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Charlotte County Sheriff's Office K-9
Charlotte County Sheriff's Office K-9 Credit: WINK News

K-9s being used to help find missing people

K-9s have been used for years to sniff out drugs and help with investigations but now, they’re being used to find missing people.

K-9 Copper is a four-legged hero. He’s had a busy first year on the job.

This 5-year-old bloodhound is trained to find missing people and relies on his strong scent senses.

Steven Sella is a Charlotte County Sheriff’s deputy. “Having a dog and their sense of smell makes it so much easier. We can at least establish a direction of travel,” Sella said.

Deputy Sella and Copper saved an older woman missing for more than 24 hours. They found her clinging to a life preserver in a pond.

Just last weekend, the pair was able to track down a suicidal teenager just hours after his family reported him missing.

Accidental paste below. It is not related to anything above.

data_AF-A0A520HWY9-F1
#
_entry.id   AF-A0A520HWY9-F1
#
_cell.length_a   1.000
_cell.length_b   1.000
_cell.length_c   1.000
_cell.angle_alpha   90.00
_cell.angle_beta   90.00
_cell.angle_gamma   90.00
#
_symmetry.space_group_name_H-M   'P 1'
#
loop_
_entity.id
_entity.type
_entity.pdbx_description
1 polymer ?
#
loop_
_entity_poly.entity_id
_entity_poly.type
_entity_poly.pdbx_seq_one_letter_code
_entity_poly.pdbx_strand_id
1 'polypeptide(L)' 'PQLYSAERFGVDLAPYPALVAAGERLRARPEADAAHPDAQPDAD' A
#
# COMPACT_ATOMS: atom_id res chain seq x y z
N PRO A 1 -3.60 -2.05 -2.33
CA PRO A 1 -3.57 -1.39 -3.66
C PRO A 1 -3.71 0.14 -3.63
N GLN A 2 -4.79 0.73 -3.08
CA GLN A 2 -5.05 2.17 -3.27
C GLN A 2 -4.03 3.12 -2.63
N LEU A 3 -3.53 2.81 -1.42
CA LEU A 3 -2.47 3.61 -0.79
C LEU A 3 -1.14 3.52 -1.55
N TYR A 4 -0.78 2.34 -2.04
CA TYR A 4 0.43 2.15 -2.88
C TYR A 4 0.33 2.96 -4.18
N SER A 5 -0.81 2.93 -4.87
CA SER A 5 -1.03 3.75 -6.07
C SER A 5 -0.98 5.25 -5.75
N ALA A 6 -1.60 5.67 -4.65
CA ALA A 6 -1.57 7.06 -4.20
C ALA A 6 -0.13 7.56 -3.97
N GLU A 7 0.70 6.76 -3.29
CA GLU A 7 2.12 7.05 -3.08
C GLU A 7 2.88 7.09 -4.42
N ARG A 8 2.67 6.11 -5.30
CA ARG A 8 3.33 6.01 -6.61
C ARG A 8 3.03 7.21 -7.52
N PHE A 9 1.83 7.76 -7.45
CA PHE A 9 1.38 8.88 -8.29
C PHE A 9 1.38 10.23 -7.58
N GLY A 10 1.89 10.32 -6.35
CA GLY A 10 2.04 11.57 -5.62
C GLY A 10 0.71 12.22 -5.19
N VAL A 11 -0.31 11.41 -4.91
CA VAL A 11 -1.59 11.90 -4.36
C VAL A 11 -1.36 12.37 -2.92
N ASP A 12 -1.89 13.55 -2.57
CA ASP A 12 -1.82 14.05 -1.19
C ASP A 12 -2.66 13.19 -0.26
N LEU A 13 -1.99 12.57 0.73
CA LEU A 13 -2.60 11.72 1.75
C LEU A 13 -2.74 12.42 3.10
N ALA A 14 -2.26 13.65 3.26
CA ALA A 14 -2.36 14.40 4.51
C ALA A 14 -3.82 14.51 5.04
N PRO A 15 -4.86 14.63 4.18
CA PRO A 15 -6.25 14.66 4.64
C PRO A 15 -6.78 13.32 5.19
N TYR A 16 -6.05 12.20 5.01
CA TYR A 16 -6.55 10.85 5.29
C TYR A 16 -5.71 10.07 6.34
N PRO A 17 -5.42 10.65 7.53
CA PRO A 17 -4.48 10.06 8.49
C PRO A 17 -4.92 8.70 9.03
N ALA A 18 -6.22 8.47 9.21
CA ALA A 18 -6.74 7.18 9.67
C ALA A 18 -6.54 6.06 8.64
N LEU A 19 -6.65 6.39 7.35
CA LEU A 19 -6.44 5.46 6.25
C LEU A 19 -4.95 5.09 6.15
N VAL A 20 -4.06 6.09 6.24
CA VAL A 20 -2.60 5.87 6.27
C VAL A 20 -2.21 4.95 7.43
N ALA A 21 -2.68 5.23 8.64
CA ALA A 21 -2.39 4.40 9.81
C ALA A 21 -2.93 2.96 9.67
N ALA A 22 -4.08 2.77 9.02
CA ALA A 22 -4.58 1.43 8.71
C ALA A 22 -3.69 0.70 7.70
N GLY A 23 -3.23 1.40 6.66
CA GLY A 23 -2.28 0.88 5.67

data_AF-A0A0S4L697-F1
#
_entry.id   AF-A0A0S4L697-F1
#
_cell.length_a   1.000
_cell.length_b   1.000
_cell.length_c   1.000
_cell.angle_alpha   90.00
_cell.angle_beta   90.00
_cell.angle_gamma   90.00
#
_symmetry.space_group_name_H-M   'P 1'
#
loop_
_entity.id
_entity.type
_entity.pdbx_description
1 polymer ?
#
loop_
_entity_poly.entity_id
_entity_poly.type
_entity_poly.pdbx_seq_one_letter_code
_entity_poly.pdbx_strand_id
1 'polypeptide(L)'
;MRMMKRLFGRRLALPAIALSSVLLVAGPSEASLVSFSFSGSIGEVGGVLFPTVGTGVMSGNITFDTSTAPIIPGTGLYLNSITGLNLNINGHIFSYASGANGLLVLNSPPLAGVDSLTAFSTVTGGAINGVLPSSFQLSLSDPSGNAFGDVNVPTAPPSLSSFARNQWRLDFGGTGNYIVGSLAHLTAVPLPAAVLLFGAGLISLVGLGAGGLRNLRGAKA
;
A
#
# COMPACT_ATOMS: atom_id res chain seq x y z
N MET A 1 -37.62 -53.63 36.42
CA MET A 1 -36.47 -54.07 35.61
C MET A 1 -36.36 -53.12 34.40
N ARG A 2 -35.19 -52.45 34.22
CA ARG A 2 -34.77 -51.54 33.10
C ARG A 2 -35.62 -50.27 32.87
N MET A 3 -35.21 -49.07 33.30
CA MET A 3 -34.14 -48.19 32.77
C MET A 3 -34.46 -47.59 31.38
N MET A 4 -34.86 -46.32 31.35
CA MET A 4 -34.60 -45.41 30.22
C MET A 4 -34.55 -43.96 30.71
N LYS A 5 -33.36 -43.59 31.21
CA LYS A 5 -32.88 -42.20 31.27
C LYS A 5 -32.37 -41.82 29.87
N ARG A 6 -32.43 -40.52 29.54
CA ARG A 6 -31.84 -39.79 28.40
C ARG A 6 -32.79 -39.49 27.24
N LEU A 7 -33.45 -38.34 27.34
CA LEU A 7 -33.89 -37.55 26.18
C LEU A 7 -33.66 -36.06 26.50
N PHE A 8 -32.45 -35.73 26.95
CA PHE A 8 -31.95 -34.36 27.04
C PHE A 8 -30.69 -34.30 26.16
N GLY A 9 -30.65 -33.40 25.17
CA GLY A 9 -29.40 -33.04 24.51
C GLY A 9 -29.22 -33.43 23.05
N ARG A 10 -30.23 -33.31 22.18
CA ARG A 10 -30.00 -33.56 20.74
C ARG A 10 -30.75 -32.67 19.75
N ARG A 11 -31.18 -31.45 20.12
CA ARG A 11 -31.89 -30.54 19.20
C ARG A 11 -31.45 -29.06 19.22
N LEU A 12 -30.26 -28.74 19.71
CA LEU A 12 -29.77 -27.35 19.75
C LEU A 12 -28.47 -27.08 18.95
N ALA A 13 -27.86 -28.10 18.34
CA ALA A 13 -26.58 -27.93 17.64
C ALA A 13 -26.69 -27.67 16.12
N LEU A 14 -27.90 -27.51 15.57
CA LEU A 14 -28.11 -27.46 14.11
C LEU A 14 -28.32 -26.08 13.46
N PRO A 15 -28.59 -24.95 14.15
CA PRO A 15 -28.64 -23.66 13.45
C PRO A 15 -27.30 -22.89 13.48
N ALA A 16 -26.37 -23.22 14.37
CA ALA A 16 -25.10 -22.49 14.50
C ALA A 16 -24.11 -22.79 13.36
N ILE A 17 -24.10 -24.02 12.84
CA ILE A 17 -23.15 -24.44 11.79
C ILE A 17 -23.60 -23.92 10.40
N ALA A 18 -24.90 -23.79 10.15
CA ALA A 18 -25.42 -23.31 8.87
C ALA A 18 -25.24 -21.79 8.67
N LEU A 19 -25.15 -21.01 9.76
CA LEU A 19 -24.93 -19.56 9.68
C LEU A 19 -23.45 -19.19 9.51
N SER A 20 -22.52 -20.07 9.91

Paul Coley is the CEO of Scent Evidence K9. “Having this quick response is very effective and efficient it’s the difference between life and death a lot of the times,” Coley said.

Preparation helps as well. Incredibly, both people that Sella and Copper found had completed K-9 scent detection kits.

You wrap your scent sample with a gauze pad, seal the container with a label and keep it in a safe place. It holds your scent for up to ten years.

“This literally takes 2-3 minutes at most,” Sella said.

“Our kit gives the officers a chance to get out and go to work and not put up with all the potential contamination,” Coley said.

Without the kit, the process takes much longer. The items a family member may offer up could be contaminated with more than one scent.

“Time is of the essence to find them to make sure that something bad does not happen to them,” Deputy Sella said.

When seconds count, the extra preparation can protect our most vulnerable.

The Charlotte County Sheriff’s Office has free K-9 scent detection kits available for people with Alzheimer’s, Dementia or high-risk runaways.

Also, K-9 Copper is a rescue pup from the Animal Welfare League of Charlotte County. He’s one of the shelter’s greatest success stories.

Reporter:Erika Jackson
Writer:Drew Hill
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